In career forums, many ask for Java interview questions for 2 year experience, 4 year experience, etc. My advise is that if you brush up on the Java/JEE basics and the 16 key areas, you should be fine. You have no control over what questions are going to be asked. Don't get overwhelmed by the number of questions and answers covered in my books and here. The interviews are not technical contests to see who gets most questions right. It is all about convincing your prospective employer that you can get the job done. The open-ended questions give you a great opportunity to sell your strengths in these 16 key areas along with your soft skills, and personal attributes to make a good impression.
Having said this, there are some very basic "must know" Java interview questions that can make or break the deal. These "must know" Java interview questions are covered in my books (tagged as FAQs) and blog entries along with many open-ended questions and answers. You hold the key to your Java career success, and hope this blog assists in your quest to succeed in your career.
What gives the real job security?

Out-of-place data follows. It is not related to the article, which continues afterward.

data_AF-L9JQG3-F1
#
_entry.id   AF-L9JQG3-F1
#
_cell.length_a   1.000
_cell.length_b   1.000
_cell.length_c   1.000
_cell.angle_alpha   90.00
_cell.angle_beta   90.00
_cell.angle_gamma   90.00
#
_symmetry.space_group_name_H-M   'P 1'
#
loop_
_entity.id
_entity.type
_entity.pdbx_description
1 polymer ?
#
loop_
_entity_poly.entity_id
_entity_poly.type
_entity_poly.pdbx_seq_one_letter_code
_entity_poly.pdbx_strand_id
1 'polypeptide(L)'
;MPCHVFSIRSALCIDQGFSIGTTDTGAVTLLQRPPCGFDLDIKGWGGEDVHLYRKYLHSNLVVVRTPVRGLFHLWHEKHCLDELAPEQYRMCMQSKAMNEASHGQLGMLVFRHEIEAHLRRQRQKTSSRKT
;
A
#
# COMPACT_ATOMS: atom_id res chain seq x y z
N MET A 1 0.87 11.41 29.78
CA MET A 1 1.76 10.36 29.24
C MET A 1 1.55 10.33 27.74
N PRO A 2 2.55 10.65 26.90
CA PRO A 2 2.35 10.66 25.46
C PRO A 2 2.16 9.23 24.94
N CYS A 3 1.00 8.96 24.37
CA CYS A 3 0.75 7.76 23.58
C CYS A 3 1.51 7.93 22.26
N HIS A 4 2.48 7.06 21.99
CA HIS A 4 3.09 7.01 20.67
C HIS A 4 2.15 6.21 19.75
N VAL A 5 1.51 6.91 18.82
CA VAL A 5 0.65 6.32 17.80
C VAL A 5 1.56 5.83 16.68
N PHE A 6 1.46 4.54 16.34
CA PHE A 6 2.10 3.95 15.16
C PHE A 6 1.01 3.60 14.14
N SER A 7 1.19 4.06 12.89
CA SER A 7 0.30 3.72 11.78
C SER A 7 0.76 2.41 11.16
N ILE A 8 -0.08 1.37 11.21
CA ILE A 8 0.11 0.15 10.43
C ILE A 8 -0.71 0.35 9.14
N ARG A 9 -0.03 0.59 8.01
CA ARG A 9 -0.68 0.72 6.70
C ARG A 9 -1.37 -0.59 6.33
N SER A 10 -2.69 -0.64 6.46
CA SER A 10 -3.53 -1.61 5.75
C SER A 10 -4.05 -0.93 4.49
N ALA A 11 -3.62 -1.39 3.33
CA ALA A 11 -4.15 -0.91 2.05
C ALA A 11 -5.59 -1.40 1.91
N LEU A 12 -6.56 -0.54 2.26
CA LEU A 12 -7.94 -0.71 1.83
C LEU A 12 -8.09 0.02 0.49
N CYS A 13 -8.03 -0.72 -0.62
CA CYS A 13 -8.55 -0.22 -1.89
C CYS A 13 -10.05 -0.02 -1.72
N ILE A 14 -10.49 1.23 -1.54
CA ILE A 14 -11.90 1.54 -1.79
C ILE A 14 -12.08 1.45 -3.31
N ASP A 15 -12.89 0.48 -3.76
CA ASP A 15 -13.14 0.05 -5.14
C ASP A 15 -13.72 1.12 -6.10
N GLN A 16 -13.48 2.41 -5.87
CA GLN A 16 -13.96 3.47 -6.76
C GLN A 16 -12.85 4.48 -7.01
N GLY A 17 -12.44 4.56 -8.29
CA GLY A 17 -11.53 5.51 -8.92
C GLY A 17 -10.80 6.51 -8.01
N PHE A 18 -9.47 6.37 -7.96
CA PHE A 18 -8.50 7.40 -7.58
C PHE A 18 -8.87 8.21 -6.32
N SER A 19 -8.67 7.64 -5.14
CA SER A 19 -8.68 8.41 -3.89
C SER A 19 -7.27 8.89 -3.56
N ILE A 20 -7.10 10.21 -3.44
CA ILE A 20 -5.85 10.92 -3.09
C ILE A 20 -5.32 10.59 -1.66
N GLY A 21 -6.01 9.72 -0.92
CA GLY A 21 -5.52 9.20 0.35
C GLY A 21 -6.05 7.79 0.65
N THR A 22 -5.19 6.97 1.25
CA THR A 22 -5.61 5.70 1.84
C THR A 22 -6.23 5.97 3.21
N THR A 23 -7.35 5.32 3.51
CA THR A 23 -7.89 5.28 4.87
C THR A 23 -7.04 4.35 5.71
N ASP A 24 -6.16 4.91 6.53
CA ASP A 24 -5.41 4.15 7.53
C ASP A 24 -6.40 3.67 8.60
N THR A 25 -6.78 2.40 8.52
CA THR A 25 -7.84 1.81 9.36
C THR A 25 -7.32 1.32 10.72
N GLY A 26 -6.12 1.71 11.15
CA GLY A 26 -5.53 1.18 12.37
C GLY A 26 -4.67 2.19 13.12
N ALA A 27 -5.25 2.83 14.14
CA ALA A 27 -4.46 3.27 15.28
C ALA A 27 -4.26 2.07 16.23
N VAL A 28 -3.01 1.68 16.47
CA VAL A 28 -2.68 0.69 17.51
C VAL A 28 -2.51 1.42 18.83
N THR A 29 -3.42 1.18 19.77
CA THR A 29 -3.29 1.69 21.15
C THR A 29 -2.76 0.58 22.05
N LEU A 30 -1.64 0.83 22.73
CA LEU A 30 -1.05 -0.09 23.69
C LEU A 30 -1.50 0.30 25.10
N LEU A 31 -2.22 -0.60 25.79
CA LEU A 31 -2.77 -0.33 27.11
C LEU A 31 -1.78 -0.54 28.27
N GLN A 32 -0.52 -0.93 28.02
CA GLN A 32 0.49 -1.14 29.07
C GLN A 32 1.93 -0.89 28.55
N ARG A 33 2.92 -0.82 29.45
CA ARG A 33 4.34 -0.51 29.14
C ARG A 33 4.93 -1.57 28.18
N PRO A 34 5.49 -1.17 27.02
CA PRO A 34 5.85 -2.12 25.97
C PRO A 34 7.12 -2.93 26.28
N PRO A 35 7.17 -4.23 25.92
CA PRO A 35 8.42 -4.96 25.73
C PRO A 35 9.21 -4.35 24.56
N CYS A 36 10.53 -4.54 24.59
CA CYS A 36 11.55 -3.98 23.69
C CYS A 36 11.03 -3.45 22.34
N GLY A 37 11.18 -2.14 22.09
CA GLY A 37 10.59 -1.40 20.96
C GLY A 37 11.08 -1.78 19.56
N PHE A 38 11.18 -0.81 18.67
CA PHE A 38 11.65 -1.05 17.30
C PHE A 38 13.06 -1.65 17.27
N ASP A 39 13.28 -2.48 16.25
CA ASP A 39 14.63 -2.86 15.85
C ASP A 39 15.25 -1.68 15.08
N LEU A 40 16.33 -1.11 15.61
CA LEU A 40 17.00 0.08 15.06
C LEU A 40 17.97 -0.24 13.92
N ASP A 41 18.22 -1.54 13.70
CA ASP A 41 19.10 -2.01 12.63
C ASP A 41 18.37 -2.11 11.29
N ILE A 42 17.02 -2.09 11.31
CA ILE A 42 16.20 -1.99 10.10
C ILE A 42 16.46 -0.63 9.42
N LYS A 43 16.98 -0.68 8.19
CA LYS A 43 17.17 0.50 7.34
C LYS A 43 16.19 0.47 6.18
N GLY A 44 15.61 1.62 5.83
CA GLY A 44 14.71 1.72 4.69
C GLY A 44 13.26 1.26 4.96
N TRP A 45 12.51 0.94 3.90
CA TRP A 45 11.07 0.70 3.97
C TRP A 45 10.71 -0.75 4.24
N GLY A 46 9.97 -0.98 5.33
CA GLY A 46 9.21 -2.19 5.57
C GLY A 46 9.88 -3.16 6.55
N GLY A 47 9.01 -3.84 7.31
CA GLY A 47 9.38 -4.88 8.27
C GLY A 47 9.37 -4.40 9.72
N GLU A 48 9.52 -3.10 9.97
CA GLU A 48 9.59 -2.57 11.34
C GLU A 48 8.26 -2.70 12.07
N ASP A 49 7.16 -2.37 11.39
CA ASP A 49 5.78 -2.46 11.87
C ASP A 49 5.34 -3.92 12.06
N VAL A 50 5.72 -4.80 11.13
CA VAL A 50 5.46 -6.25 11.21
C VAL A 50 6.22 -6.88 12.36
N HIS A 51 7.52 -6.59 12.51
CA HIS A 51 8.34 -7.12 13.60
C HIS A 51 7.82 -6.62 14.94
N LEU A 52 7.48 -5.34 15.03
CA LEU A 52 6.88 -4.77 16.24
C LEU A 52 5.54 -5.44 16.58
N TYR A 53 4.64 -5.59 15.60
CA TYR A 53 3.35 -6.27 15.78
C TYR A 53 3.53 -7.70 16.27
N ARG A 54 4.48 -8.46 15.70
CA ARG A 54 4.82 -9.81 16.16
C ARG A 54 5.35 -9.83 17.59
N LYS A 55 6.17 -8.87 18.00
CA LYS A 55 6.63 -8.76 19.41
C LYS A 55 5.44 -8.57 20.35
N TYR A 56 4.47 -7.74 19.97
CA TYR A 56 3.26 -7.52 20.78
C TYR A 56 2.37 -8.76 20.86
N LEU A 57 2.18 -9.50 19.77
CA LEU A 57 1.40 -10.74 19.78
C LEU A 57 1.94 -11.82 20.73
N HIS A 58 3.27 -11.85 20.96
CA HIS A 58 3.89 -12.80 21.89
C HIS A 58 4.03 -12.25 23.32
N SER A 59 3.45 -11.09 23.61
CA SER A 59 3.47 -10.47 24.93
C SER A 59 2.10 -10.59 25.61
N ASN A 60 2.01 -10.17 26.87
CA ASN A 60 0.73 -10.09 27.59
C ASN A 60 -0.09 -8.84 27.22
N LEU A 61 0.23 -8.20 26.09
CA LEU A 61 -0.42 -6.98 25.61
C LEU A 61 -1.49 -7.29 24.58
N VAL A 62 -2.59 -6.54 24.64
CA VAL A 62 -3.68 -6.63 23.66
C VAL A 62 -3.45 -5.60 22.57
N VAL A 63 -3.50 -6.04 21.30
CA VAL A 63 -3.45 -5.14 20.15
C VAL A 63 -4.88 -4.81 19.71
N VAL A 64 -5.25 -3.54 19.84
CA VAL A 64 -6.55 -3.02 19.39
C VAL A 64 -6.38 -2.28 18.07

There is no such thing as real job security in IT. Keeping your knowledge and skills sharp and current along with good networking, marketing, and soft skills is the best way to achieve real job security. The jobs offered on a contract basis is on the rise, and can be more rewarding for some.
"The people who win are not necessarily the smartest people, but they are the people who are able to sustain drive, commitment, passion and engagement" -- by David Maiser
Is Java still doing well?
Do you have a question?
If you have any specific question or would like to provide any constructive criticisms, then contact me via email firstname.lastname@example.org. Hope this blog and books help you take the road less traveled.